I take issue with Don Surber’s recent piece, titled “Debates work.”:

The much-maligned mainstream media is doing its job and that is helping Republicans get their message out, while at the same time ridding the party of its losers quickly. Better to have a Rick Perry brain-freeze in a debate in the fall of 2011 as a candidate than a year later as the nominee. His huge war chest cannot by enough airtime to erase the feeling that he is dumb as an ox, although much better looking.

At the other end of the debate table, those twin Georgia peaches — Herman Cain and Newt Gingrich — have used the debates to elevate their profiles and (gasp) draw support support from voters.  [...] The situation is fluid, but Republicans benefit from marketplace economics, which place a premium on these debates. CNN quadrupled its regular ratings with its last debate. That surely whets its appetite for more debates.

Republicans should oblige.

So, I take Surber’s endorsement to be this: hey, the debates strongly change the standings in the GOP and make it so that the primary doesn’t boil down to a money game.

Point taken. Ideas and character should dictate who is the nominee (in theory, anyway) and giving a platform to all the candidates with a certain standing makes sense. I don’t think too many people would disagree with this. However, it doesn’t seem that this is what the debates have really done.

I’m in theDan Henninger School of  Debate Skepticism: 

After watching umpteen debates, it looks as if the Republican Party may choose someone to run for the presidency of the United States based on who can explain the world and all its troubles in 30 seconds.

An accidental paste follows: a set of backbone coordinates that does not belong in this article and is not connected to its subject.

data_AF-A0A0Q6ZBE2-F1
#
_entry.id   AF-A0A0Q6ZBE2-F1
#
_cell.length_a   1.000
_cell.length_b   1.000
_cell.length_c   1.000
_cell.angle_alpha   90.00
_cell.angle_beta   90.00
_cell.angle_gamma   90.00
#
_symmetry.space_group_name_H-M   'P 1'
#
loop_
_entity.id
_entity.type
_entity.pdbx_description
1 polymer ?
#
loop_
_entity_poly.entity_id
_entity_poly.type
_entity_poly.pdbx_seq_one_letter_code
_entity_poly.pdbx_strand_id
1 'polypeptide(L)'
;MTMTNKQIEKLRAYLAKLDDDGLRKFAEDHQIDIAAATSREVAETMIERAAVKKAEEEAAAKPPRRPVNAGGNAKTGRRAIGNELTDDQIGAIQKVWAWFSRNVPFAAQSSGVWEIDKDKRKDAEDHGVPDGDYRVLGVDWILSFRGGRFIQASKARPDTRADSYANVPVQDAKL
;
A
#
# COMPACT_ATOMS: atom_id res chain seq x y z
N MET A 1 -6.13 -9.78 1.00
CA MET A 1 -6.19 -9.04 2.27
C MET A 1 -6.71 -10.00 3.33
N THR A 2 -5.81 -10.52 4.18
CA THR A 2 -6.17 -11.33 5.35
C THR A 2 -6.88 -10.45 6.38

The TV debates create buzz and interest, and that’s good. But most people don’t eat seven appetizers and call it a meal. The debates are producing half-baked versions of candidates running for the presidency.

Did I say candidates? I misspoke. The U.S. has a long tradition of fringe candidates like Dennis Kucinich or Ron Paul, but no previous system forced us to endure them once the laughing stopped. [...] Michael Vick went to prison for staging dog fights. With the U.S. presidency, it’s legal and even encouraged. So we get Rick Perry accusing Mitt Romney of hiring “illegal gardeners.” Mr. Romney, you have 30 seconds to respond. And that gives me 30 more seconds with the Florida International game.

Precisely. The distinctions I can make between candidates after each debate amount to catchy bumper sticker-type slogans and comparisons to school bullies.

I have personally met some of the candidates for the GOP nomination and they have one thing in common; there’s more than a few catch phrases and insults to their vision. It’s hard to tell this in the world of 140-characters  and 30-second bits. That’s not a good thing.